But research on 'fatostatin' is still in early stages
THURSDAY, Aug. 27 (HealthDay News) -- Researchers report that a manmade chemical appears to have the power to turn off fat production, potentially turning it into a weapon against obesity.
Fat mice injected with the chemical, known as fatostatin, didn't get fatter and developed lower cholesterol and blood sugar levels, the research team said.
But don't run out and ask your doctor for a fatostatin shot quite yet. While the chemical holds promise as a "starting point" to develop new drugs, it's not a drug itself, said study co-author Motonari Uesugi, a researcher at Kyoto University in Japan.
Still, there's the matter of those mice who didn't put on extra ounces. "When fatostatin is injected, mice did not get fat even when they ate a lot," Uesugi said. Furthermore, "we did not see any obvious side effects or toxic effects," he added.
Researchers have long been trying to find a pill to help people fight obesity. Anti-obesity drugs do exist, but they have side effects that convince some patients to stop using them.
Uesugi said his laboratory has samples of 30,000 chemicals and is testing them on human and mouse cells. The molecule in question, fatostatin, appeared to stop fat production by turning certain genetic switches.
In the new study, published in the Aug. 28 issue of the journal Chemistry and Biology, the researchers report that the chemical prevented obese mice from getting fatter even when they could eat whatever they wanted.
But Uesugi said injection of a drug isn't a good option for people with chronic metabolic diseases, such as those that cause obesity. More research needs to be done to develop a drug that could be taken by mouth and is safe for people, he said.
In regards to safety, fatostatin's "activity on 63 genes, many of which have nothing to do with fat synthesis, raises questions about potential side effects, particularly if the chemical is ingested over many years," noted Dr. Nicholas H.E. Mezitis, assistant professor of clinical medicine at Columbia University College of Physicians and Surgeons, who is familiar with the study findings.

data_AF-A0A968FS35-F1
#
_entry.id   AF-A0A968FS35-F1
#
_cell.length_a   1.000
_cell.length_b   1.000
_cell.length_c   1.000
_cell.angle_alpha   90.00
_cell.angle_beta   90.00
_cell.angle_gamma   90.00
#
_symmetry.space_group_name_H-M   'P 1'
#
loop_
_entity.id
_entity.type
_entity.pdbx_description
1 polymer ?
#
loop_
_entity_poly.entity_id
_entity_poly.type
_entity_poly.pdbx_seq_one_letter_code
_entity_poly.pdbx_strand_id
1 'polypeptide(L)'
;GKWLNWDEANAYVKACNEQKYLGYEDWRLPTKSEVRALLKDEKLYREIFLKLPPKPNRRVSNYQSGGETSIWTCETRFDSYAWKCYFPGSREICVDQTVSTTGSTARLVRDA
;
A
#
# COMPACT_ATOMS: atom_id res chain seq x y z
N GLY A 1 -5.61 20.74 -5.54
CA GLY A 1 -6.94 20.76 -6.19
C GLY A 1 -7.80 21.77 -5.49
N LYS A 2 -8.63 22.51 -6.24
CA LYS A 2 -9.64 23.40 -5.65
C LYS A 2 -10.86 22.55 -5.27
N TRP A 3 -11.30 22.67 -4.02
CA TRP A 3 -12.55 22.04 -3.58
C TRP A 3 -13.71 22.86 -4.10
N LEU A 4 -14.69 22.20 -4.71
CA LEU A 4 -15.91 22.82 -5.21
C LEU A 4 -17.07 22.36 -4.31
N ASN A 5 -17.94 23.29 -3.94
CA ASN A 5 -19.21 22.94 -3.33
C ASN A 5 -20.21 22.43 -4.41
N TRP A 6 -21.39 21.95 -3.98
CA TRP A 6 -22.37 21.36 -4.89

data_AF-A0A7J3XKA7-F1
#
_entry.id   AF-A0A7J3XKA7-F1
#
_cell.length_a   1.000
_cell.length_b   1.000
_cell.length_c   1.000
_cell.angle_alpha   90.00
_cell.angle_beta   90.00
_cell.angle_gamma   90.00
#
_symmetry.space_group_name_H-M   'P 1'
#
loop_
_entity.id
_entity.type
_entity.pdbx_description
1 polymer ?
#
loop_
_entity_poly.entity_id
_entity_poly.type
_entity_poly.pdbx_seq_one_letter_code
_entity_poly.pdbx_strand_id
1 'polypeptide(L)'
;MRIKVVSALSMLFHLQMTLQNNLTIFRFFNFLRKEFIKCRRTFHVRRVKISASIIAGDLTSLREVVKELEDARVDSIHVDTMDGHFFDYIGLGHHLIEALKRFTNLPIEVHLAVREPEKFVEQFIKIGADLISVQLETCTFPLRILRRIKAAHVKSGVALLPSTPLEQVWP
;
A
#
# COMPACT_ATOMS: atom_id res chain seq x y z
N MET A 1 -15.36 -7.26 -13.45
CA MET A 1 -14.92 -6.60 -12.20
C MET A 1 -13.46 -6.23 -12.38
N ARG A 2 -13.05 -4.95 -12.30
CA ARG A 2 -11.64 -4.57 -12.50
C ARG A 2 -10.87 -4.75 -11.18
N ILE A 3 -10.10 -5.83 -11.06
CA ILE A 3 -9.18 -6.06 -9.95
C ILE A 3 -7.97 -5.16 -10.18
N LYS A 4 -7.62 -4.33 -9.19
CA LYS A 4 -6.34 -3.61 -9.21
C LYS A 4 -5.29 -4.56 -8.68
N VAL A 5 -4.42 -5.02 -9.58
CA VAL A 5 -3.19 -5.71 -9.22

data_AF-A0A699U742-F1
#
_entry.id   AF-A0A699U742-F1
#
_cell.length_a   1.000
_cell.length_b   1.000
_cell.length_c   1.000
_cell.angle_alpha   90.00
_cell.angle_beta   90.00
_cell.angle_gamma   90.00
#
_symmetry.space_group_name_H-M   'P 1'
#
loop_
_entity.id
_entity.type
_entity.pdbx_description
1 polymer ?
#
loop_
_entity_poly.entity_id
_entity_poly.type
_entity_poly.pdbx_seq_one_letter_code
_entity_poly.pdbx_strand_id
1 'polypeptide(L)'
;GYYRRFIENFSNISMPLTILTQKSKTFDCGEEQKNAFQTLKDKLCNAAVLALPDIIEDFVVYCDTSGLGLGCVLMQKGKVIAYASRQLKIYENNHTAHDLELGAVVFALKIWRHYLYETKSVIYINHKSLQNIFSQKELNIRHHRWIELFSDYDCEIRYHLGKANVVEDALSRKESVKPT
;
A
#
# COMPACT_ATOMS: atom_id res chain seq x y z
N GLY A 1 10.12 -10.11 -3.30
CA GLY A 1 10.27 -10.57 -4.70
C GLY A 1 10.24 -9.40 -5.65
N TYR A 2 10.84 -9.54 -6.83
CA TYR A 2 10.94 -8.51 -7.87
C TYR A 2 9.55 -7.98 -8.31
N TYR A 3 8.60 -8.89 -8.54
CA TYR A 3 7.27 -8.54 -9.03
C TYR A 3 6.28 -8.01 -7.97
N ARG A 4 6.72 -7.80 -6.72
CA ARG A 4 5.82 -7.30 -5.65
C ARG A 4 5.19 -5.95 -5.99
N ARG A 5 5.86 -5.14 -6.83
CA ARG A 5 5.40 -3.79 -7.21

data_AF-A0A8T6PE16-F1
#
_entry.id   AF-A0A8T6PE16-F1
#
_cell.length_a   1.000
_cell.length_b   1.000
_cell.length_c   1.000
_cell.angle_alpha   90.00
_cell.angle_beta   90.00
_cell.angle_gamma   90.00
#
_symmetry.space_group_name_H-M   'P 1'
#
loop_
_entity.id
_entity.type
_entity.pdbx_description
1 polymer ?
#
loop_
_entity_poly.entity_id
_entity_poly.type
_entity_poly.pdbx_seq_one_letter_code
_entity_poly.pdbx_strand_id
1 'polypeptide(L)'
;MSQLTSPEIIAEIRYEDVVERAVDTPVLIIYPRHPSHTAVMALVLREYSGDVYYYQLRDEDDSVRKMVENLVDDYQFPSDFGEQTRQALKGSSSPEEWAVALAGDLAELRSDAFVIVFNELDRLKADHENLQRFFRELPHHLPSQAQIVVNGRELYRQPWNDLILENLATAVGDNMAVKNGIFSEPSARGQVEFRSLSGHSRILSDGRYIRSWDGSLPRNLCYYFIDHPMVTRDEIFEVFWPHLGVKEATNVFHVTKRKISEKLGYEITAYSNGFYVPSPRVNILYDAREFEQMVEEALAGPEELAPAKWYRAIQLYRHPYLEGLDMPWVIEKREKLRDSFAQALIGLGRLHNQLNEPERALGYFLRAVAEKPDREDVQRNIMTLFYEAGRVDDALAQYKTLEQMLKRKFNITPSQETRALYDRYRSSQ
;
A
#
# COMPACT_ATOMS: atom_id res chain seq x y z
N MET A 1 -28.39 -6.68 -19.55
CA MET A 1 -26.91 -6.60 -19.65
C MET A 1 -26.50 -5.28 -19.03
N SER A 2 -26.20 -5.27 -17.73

For the moment, it is "still challenging" to develop drugs that safely treat obesity, said metabolism researcher Dr. Tae-Hwa Chun, who also is familiar with the report.
A positive finding "in cells and rodents does not always lead to the development of safe and effective drugs for patients," added Chun, an assistant professor at the University of Michigan who specializes in metabolic syndrome.
Still, Chun said, there's promise in the idea of targeting genetic switches that turn on fat production, as fatostatin appears to do.
Learn more about obesity from the National Institutes of Health.
SOURCES: Motonari Uesugi, Ph.D., researcher, Kyoto University, Japan; Tae-Hwa Chun, M.D., Ph.D., assistant professor, University of Michigan, Ann Arbor; Nicholas H.E. Mezitis, M.D., assistant professor of clinical medicine, Columbia University College of Physicians and Surgeons, New York City; Aug. 28, 2009, Chemistry and Biology
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